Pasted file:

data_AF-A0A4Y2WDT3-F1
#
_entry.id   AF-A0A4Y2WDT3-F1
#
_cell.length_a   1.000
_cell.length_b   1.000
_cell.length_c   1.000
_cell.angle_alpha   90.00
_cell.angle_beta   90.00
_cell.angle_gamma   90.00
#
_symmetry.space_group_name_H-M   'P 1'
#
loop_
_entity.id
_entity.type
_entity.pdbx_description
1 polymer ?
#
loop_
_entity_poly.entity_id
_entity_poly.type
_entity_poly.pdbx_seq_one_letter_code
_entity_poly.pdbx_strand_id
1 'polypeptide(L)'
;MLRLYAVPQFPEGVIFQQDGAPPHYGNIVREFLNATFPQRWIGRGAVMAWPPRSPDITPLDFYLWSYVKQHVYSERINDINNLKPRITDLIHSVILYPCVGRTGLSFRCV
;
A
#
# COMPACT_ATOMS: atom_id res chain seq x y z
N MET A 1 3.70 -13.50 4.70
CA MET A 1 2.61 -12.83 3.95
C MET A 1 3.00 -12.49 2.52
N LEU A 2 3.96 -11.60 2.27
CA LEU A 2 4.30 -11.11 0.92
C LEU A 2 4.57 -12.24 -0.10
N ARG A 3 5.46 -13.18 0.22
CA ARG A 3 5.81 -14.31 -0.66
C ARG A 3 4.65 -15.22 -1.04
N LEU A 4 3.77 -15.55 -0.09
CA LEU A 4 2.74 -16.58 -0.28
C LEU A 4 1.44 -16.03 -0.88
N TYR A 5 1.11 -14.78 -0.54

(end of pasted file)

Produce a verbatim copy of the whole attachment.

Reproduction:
data_AF-A0A4Y2WDT3-F1
#
_entry.id   AF-A0A4Y2WDT3-F1
#
_cell.length_a   1.000
_cell.length_b   1.000
_cell.length_c   1.000
_cell.angle_alpha   90.00
_cell.angle_beta   90.00
_cell.angle_gamma   90.00
#
_symmetry.space_group_name_H-M   'P 1'
#
loop_
_entity.id
_entity.type
_entity.pdbx_description
1 polymer ?
#
loop_
_entity_poly.entity_id
_entity_poly.type
_entity_poly.pdbx_seq_one_letter_code
_entity_poly.pdbx_strand_id
1 'polypeptide(L)'
;MLRLYAVPQFPEGVIFQQDGAPPHYGNIVREFLNATFPQRWIGRGAVMAWPPRSPDITPLDFYLWSYVKQHVYSERINDINNLKPRITDLIHSVILYPCVGRTGLSFRCV
;
A
#
# COMPACT_ATOMS: atom_id res chain seq x y z
N MET A 1 3.70 -13.50 4.70
CA MET A 1 2.61 -12.83 3.95
C MET A 1 3.00 -12.49 2.52
N LEU A 2 3.96 -11.60 2.27
CA LEU A 2 4.30 -11.11 0.92
C LEU A 2 4.57 -12.24 -0.10
N ARG A 3 5.46 -13.18 0.22
CA ARG A 3 5.81 -14.31 -0.66
C ARG A 3 4.65 -15.22 -1.04
N LEU A 4 3.77 -15.55 -0.09
CA LEU A 4 2.74 -16.58 -0.28
C LEU A 4 1.44 -16.03 -0.88
N TYR A 5 1.11 -14.78 -0.54